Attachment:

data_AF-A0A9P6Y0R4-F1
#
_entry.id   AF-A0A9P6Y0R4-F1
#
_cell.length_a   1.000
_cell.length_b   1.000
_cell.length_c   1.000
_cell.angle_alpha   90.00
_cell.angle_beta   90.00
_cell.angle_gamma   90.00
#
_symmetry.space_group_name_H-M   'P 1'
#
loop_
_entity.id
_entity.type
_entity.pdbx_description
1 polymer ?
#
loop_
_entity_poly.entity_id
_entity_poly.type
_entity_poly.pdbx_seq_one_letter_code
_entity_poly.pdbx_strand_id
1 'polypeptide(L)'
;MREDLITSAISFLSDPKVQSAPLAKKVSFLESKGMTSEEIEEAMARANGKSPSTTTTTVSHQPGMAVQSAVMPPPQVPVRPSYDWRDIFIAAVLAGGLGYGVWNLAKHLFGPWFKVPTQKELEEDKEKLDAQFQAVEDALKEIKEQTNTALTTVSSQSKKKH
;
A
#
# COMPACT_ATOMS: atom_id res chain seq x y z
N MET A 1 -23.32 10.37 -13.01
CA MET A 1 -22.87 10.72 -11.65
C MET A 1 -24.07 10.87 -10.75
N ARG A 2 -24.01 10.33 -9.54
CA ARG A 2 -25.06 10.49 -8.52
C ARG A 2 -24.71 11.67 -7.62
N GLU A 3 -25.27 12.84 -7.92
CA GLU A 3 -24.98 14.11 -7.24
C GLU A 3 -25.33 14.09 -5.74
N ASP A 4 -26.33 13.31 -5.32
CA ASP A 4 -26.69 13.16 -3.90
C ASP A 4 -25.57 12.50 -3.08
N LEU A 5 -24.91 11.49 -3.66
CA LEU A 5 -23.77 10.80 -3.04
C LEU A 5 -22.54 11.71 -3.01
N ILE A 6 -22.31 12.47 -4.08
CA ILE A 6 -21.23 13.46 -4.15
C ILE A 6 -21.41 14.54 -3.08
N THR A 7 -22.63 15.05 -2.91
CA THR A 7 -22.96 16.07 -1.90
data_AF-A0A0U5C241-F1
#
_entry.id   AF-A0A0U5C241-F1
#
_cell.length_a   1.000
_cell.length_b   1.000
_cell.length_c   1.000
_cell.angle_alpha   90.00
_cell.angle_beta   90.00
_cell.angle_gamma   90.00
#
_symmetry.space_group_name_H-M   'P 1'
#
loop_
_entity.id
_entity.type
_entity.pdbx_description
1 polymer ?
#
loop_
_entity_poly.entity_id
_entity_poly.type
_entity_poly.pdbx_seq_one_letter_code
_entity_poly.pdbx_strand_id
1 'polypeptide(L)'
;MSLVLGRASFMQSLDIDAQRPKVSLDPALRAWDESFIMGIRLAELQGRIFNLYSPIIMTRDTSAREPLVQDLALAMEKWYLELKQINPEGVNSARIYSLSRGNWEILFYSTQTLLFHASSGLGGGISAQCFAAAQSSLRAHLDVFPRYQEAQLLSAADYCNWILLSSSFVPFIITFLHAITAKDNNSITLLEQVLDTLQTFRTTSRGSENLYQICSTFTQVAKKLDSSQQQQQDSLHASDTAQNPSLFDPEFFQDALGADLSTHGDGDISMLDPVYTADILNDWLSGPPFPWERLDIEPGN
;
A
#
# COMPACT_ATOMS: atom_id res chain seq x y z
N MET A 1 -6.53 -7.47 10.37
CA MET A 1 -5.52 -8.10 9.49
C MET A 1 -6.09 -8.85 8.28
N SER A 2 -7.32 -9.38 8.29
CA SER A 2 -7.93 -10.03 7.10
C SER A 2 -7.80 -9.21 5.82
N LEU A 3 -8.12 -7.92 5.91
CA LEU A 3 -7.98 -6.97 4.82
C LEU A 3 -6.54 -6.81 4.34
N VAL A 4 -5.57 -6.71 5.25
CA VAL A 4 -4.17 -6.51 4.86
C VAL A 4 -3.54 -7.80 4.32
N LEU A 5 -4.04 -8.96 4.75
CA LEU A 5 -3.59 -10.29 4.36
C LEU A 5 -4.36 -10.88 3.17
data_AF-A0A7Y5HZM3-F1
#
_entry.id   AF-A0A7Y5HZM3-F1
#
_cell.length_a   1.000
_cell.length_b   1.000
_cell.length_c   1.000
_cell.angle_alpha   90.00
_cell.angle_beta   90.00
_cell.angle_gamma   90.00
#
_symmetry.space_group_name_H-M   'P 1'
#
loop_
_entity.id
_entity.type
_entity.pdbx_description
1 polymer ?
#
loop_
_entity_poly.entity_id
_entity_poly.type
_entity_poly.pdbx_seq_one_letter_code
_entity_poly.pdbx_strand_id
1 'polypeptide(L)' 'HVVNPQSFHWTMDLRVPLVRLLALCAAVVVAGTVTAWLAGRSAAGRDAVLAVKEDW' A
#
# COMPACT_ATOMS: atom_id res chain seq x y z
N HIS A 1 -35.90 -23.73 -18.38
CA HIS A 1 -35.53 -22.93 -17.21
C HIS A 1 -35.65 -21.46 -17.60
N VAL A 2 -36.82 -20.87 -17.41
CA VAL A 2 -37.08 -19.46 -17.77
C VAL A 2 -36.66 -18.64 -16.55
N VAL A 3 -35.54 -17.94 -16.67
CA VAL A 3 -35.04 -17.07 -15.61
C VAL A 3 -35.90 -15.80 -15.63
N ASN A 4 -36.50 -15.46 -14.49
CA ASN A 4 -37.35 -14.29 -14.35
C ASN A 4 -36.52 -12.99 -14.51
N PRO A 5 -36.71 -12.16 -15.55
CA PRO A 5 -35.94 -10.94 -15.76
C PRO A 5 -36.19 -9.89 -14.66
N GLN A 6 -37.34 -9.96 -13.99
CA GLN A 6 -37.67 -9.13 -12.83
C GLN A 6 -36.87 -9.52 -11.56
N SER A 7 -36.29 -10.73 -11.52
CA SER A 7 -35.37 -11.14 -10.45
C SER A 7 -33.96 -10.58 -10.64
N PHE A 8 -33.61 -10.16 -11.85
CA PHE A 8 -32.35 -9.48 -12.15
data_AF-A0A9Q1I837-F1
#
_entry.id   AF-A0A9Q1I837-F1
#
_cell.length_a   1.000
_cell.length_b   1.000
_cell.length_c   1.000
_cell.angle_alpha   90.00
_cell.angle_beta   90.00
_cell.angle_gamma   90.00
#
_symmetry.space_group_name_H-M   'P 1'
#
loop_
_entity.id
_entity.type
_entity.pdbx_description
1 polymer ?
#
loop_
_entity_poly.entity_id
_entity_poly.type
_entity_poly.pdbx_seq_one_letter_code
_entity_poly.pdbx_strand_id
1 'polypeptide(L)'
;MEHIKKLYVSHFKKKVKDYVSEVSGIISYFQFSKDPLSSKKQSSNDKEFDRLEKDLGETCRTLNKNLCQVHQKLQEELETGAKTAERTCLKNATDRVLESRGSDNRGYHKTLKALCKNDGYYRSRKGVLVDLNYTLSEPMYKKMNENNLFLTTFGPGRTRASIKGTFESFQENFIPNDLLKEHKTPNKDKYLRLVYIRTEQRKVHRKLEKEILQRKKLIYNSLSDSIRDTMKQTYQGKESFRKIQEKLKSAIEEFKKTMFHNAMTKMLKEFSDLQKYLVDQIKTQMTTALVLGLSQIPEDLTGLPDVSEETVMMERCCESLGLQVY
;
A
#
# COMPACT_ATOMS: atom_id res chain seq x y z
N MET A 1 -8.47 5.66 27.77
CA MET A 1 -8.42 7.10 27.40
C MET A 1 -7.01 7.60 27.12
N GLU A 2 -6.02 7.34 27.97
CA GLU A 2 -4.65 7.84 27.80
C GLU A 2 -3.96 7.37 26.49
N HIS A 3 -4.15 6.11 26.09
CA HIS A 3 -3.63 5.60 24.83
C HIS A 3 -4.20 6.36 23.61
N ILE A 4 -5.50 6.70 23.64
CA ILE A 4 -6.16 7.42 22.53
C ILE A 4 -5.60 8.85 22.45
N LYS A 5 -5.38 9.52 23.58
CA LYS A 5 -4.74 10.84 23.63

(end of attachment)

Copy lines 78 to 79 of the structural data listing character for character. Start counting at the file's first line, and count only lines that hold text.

A
#